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The European market potential for frozen berries

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In the long term, the European market for frozen berries is expected to show stable growth of around 4-5% annually. This growth is likely to be driven by changes in the consumption patterns of European consumers, particularly the popularity of smoothies as a convenient and healthy breakfast option. Also, industry users (primarily in dairy, bakery/pastry and beverages) are inventing new, innovative and healthy solutions with frozen berries as the main ingredient. Germany, France, the United Kingdom, Belgium, the Netherlands and Italy offer opportunities for developing country suppliers.

1. Product description

Frozen berries are a range of products prepared by freezing fresh, clean, sound, stemmed and ripe berries. In botanical terms, berries are defined as fruit made by one ovary (currant, gooseberry, blueberry) or as a merger of several ovaries (raspberry, blackberry). Strawberry, which is also included in this report, is not botanically defined as a berry, as its fleshy part is not made of ovaries but from the receptacle that holds the ovaries. However, in common trade and culinary classifications, strawberry is also referred to as a berry.

When ‘frozen berries’ are referred to in this survey, it involves the selection of the products in the table below, unless stated otherwise.

The only optional ingredient allowed for frozen berries is sugar in the form of sucrose, invert sugar, invert sugar syrup, dextrose, fructose, glucose syrup or dried glucose syrup.

The quick-freezing process is not regarded as complete unless and until the product temperature has reached −18°C at the thermal centre of the fruit after thermal stabilisation. Repacking quick-frozen berries under controlled conditions is permitted.

Quick-frozen berries can be presented as whole and free-flowing (individually quick frozen – IQF), non-free-flowing (in the form of blocks), crumbled (in the form of crushed berries), sliced (in case of strawberries) or a combination of crumbled and whole.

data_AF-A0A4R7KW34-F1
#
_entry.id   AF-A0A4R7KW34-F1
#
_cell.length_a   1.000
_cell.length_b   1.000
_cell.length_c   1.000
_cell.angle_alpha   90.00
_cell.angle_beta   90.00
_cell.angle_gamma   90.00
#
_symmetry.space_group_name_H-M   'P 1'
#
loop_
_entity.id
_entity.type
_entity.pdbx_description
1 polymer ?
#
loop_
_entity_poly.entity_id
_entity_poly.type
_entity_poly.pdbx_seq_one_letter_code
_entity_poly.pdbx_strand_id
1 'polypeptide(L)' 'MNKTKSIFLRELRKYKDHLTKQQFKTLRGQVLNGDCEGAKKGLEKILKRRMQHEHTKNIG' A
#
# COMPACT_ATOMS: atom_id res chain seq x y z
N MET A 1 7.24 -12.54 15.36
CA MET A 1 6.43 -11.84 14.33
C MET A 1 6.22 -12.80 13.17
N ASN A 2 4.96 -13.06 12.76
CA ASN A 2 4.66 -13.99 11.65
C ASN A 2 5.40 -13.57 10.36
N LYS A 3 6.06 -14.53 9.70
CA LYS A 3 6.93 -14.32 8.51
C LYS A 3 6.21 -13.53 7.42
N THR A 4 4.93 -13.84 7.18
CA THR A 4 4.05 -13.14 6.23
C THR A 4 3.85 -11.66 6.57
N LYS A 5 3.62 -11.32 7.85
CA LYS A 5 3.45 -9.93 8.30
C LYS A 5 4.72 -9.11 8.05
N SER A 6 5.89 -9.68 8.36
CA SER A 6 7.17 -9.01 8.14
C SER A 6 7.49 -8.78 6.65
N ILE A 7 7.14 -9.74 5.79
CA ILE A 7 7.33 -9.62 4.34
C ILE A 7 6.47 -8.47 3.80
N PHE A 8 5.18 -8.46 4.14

Table 1: Products in the product group of frozen berries

Combined Nomenclature NumberProduct
08111011Frozen sweetened strawberries with sugar content of > 13%
08111019Frozen sweetened strawberries with sugar content of =< 13%
08111090Frozen unsweetened strawberries
08112011Frozen sweetened raspberries, blackberries, mulberries, loganberries, black, white or red currants and gooseberries with sugar content of > 13%
08112019Frozen sweetened raspberries, blackberries, mulberries, loganberries, black, white or red currants and gooseberries with sugar content of =< 13%
08112031Frozen unsweetened raspberries
08112039Frozen unsweetened black currants
08112051Frozen unsweetened red currants
08112059Frozen unsweetened blackberries and mulberries
08112090Frozen unsweetened Loganberries, white currants and gooseberries
08119050Frozen European blueberries (Vaccinium myrtillus)
08119070Frozen Canadian blueberries (Vaccinium myrtilloides and Vaccinium angustifolium)

2. What makes Europe an interesting market for frozen berries?

Europe is by far the largest importing region for frozen berries, accounting for a share of approximately 60% of global imports. European imports of frozen berries have increased by an average of 4% in volume per year over the 2016-2020 period. Almost all imports from outside Europe come from developing countries (96%).

In the next five years, the European market for frozen berries is likely to increase with an annual growth rate of 5-8%. The main reason for the expected market growth is the fruits’ popularity, due to perceived health benefits by European consumers. Berries are often promoted as a superfruit, and increasingly used in smoothies as a healthy breakfast option. An important user of frozen berries is the European fruit processing industry, especially jams, confectionery and fruit preparation producers.